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The Single-Parent Family

Reviewed by Psychology Today Staff

A single parent is someone who is unmarried, widowed, or divorced and not remarried. The single-parent household can be headed by a mother, a father, a grandparent, an uncle, or aunt. According to the Pew Research Center, between 25 to 30 percent of children under age 18 in the U.S. live in a single-parent household. The U.S. Census reports that roughly 22 million children live with a single parent. And three times as many women, when compared with men, head these households.

The Well-Being of Children in a Single-Parent Household

Single parents should be reassured by the fact that a large number of studies find no differences between the children of single mothers and children from other types of households. One study looked into the lives of children from different kinds of households—two-parent biological, adoptive, step-father, step-mother, single-parent—and the type of household did not matter. Children’s grades, and their relationships with their siblings and their friends, were about the same across all households. In a survey of adolescents living in nine types of households, those who lived with parents who had always been single and who were being raised in multi-generational households reported the highest sense of well-being of all those surveyed.

Can children of single parents fare just as well as children of married couples?

In studies as well as many reports from children themselves, children are better off raised by a single parent as opposed to living with married parents who engage in constant conflict. Children raised by one divorced parent sometimes have better outcomes than children raised by a parent who is remarried. It is impossible to predict a child's outcome based on this one factor alone. 

Are there positives for children raised by a single parent?

Yes. Every situation involves trade-offs, and they often go unrecognized at the time. In a common refrain, the grown child of a single, working mom reported that he was glad that his mom was busy all the time. His friends, by contrast, had moms who stayed at home. These parents were hyper-involved in their lives, including their schoolwork and schedules. This overbearing participation produced problems between parent and child.

The Challenges of Single-Parent Families

Children need a safe and reliable household to flourish. Of course, it is much harder for single-parents who live with financial hardship. The Bureau of Labor Statistics data show that nearly 11 million people are considered working poor. The definition of working poor is an individual who spends 27 weeks or more in the workforce, this person is working or looking for work, yet their income is below the poverty level. And according to the U.S. Census, single moms are one of the most disadvantaged groups—with nearly 30 percent living in poverty. Many of these single moms cannot provide for their families as they often have lower-paying jobs.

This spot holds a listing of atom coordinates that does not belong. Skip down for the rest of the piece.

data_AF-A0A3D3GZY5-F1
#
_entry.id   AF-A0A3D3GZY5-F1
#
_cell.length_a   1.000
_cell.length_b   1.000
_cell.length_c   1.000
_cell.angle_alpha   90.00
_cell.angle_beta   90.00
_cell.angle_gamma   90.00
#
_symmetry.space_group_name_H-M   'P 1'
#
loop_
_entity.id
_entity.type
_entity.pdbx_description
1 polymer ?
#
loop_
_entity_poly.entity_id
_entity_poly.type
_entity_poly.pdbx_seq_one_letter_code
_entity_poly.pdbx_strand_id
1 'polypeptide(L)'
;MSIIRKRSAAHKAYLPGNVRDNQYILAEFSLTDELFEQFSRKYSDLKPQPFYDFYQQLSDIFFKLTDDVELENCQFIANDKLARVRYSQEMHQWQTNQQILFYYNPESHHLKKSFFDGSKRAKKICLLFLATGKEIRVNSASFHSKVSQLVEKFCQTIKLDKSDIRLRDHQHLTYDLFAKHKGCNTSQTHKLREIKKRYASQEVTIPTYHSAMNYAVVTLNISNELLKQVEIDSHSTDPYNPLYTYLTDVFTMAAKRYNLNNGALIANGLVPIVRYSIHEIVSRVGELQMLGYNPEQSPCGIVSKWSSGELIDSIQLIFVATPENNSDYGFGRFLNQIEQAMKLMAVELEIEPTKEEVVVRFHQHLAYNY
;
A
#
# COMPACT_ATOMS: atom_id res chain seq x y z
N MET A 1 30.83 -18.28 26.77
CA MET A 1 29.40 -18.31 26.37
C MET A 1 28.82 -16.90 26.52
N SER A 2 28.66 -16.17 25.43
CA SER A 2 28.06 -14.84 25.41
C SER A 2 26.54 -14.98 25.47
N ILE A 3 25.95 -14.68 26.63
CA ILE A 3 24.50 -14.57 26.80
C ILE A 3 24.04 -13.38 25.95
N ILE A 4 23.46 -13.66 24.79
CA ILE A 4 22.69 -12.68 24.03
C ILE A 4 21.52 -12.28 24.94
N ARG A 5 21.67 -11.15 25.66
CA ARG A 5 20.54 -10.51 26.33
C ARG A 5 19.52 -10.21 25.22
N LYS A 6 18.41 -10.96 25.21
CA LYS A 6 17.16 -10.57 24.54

Will my worries about finances impede my parenting?

Being the sole parent of a household may mean you are the boss, free of quarrels over money and finance. That’s great, but according to research, it costs $234,000 to raise a child. This price tag impacts the high risk of financial hardship.

I am returning to work, but I’m worried about my kids.

This should not be a source of concern or guilt, even though it often is. Children of mothers who return to work while the children are infants and toddlers, fare the same behaviorally and academically compared with children whose mothers stay home. In one study, kids from single-parent families, whose mothers worked, had better academic scores and fewer behavioral problems than did children whose mothers did not work.

Raising Kids as a Single Parent

To raise thriving children, a single parent must juggle many aspects of life, the household, work demands, finances, among many other concerns. All parents face similar obstacles, but the challenge for a single-parent is greater.

  • Set house rules with your kids.

  • Give undivided attention to each child, even a daily 10-minute one-one conversation will help.

  • Set boundaries, boundaries, boundaries.

  • Be consistent and fair, always.

  • Kids need schedules and routines (sounds boring, but it works).

  • Lower your expectations, and do away with any ideas of perfection.

  • Lose your sense of guilt, victimhood, and martyrdom.

  • Ignore judgmental people.

  • You need support through good childcare, friends, family, neighbors.

  • If possible, get along with your ex. (To do so, you need to get over yourself.)

  • Apply self-care daily, eat right, exercise, sleep, meditate. (If you do not have time, make the time.)

  • If you need therapy, a good family therapist will help.

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